Lasix (Furosemide) is a fast-acting loop diuretic. This drug contributes to a relatively strong and short-term diuretic effect. It is released in the dosages of 40 and 100 mg.


  • Edema in chronic congestive heart failure (if treatment with diuretics is necessary);
  • Swelling with chronic renal failure;
  • Swelling in pregnant women or during childbirth;
  • Edema with nephrotic syndrome (if treatment with diuretics is necessary);
  • Edema in liver diseases (if necessary, to supplement treatment with aldosterone antagonists);
  • Arterial hypertension.

Mode of administration and dosage

When prescribing Lasix, it is recommended to use its smallest doses sufficient to achieve the required therapeutic effect. Consult your physician to find out the right dosage of Lasix.

Side effects

The water-electrolyte and acid-base balance:

  • hyponatremia, hypochloremia, hypokalemia, hypomagnesemia, hypercalcemia, metabolic alkalosis, which can develop as either a gradual increase in electrolyte deficiency or massive electrolyte loss over a very short time, for example, in the case of high doses of furosemide in patients with normal renal function. Symptoms indicating the development of electrolyte and acid-base disorders may include headache, confusion, seizures, tetany, muscle weakness, cardiac arrhythmias, and dyspeptic disorders. Factors contributing to the development of electrolyte disturbances are underlying diseases (eg, cirrhosis of the liver or heart failure), concomitant therapy, and nutrition. In particular, vomiting and diarrhea may increase the risk of hypokalemia;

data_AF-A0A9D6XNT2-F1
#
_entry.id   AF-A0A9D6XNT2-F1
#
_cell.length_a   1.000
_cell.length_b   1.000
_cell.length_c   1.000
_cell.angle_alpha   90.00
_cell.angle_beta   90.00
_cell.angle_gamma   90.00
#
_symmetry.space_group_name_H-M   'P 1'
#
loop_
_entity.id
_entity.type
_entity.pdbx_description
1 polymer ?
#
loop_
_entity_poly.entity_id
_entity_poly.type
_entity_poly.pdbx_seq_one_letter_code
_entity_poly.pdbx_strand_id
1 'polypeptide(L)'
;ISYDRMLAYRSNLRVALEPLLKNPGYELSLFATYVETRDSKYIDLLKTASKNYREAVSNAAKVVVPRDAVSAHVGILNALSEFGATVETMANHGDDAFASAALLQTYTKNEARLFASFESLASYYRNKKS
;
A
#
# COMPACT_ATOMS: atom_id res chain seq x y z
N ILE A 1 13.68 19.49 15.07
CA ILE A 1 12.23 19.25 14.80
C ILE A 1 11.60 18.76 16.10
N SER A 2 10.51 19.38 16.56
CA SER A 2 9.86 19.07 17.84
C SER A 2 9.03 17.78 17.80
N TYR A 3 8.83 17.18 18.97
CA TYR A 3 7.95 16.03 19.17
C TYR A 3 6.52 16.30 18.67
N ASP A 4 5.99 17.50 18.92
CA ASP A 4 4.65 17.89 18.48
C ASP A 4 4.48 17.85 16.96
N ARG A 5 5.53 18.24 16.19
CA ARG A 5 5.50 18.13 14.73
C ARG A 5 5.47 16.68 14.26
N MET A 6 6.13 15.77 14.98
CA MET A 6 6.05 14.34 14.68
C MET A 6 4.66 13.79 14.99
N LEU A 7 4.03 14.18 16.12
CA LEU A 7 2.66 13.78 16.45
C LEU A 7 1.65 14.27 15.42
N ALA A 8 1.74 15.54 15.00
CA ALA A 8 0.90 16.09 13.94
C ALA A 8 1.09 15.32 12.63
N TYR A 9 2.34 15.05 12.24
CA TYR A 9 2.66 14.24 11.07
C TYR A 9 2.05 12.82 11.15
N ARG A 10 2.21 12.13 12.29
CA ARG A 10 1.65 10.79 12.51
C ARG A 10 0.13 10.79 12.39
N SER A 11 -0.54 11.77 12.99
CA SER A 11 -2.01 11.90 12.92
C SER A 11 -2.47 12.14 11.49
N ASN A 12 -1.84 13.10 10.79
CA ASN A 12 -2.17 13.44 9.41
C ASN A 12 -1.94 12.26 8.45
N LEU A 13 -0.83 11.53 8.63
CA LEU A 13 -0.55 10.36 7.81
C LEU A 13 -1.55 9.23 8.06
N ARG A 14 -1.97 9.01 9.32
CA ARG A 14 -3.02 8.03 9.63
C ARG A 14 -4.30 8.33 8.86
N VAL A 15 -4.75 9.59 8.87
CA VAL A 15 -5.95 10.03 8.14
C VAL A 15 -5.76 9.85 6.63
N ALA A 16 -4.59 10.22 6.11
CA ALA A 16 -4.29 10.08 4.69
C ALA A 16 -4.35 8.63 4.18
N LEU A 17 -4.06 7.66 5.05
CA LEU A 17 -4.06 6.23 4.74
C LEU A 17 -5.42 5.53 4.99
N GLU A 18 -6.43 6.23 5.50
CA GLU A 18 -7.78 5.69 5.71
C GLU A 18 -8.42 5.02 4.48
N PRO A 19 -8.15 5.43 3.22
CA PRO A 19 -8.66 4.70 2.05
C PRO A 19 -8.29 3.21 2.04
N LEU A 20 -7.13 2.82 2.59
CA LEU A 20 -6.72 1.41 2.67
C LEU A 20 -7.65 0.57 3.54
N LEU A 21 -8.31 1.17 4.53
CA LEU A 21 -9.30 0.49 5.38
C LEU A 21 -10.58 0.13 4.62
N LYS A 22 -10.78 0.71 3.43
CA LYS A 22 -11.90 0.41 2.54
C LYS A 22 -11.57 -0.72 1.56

• hypovolemia and dehydration (more often in elderly patients), which can result in hemoconcentration with a tendency to develop thrombosis.

The cardiovascular system:

an excessive decrease in blood pressure, which, especially in elderly patients, can manifest itself with the following symptoms: impaired concentration and reaction, feeling of “emptiness” in the head, feeling of pressure in the head, headache, dizziness, drowsiness, weakness, visual disturbances, dry mouth, violation of orthostatic regulation of blood circulation. Collapse, tachycardia, arrhythmias, and a decrease in circulating blood volume are possible.

The side of metabolism:

  • increased serum cholesterol and triglyceride levels; a transient increase in the level of creatinine and urea in the blood; an increase in serum uric acid concentration, which can cause or intensify the manifestations of gout;
  • decreased glucose tolerance (manifestation of latent diabetes mellitus).

The urinary system:

  • the appearance or intensification of symptoms due to partial obstruction of the urinary tract (for example, with prostatic hyperplasia, narrowing of the urethra);
  • rarely – interstitial nephritis;
  • nephrocalcinosis/nephrolithiasis in premature babies.

The digestive tract: